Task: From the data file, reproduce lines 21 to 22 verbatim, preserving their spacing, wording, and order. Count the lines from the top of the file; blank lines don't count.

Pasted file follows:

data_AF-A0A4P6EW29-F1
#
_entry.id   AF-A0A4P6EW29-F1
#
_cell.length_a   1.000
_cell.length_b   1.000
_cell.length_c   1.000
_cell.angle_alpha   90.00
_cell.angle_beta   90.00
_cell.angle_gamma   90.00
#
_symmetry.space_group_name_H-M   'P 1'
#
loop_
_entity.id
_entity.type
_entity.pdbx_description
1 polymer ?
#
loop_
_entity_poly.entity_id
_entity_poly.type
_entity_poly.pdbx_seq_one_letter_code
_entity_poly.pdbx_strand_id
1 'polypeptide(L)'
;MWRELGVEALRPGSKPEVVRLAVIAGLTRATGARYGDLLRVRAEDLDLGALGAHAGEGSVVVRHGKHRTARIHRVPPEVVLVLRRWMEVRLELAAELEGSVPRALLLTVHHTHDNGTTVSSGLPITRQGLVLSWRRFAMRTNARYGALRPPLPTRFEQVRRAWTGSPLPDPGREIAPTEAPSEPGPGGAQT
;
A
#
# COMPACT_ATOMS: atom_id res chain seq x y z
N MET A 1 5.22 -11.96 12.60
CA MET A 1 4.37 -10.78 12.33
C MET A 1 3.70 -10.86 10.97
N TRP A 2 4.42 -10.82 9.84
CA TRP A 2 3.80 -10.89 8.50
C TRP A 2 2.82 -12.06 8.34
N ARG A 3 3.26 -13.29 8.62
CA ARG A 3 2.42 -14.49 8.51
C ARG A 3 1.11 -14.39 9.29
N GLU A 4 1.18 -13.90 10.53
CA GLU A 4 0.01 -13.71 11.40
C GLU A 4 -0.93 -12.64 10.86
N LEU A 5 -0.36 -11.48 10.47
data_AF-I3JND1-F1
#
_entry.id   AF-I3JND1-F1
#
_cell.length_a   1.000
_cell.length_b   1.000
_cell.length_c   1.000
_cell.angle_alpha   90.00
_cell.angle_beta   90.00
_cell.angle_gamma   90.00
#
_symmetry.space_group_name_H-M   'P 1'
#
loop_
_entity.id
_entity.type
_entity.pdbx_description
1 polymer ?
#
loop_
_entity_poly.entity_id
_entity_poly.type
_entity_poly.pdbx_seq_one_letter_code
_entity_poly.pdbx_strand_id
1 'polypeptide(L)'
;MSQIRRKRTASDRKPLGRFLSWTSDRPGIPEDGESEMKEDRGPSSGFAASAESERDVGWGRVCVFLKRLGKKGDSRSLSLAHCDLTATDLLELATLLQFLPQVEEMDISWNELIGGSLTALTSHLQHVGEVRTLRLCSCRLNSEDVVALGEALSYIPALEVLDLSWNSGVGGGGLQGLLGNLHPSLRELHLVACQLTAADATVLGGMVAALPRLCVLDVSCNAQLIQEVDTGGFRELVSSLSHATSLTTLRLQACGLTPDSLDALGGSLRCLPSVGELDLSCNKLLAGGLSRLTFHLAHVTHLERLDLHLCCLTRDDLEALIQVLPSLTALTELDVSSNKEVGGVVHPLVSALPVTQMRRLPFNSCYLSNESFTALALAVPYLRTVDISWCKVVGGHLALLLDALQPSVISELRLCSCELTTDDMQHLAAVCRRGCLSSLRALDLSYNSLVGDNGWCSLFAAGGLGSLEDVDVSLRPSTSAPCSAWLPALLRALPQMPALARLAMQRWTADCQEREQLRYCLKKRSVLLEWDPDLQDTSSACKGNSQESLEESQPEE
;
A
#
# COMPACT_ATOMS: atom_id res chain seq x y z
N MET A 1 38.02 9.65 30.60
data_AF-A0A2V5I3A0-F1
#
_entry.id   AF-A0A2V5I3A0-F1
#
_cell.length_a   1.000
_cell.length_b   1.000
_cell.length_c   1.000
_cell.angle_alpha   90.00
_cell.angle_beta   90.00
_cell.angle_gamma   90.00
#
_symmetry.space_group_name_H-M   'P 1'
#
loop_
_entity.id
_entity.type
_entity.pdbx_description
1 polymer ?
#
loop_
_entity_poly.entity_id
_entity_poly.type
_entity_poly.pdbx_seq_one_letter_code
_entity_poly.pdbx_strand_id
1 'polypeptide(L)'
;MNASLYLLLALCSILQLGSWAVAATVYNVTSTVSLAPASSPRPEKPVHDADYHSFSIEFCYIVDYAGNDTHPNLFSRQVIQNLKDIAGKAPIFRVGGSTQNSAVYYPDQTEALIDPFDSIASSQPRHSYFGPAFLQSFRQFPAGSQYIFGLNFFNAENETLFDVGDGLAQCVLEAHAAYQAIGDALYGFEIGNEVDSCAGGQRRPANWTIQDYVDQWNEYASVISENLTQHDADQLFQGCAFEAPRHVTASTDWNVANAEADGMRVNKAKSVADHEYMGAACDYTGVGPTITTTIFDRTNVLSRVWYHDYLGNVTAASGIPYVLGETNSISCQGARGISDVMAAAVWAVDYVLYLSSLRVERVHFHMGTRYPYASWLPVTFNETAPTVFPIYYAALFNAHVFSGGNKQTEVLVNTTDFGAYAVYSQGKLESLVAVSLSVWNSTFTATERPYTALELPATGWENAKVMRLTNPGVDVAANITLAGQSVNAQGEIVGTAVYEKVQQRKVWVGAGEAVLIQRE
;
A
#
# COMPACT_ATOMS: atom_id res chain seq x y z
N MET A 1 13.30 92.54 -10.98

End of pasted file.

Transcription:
_entity_poly.entity_id
_entity_poly.type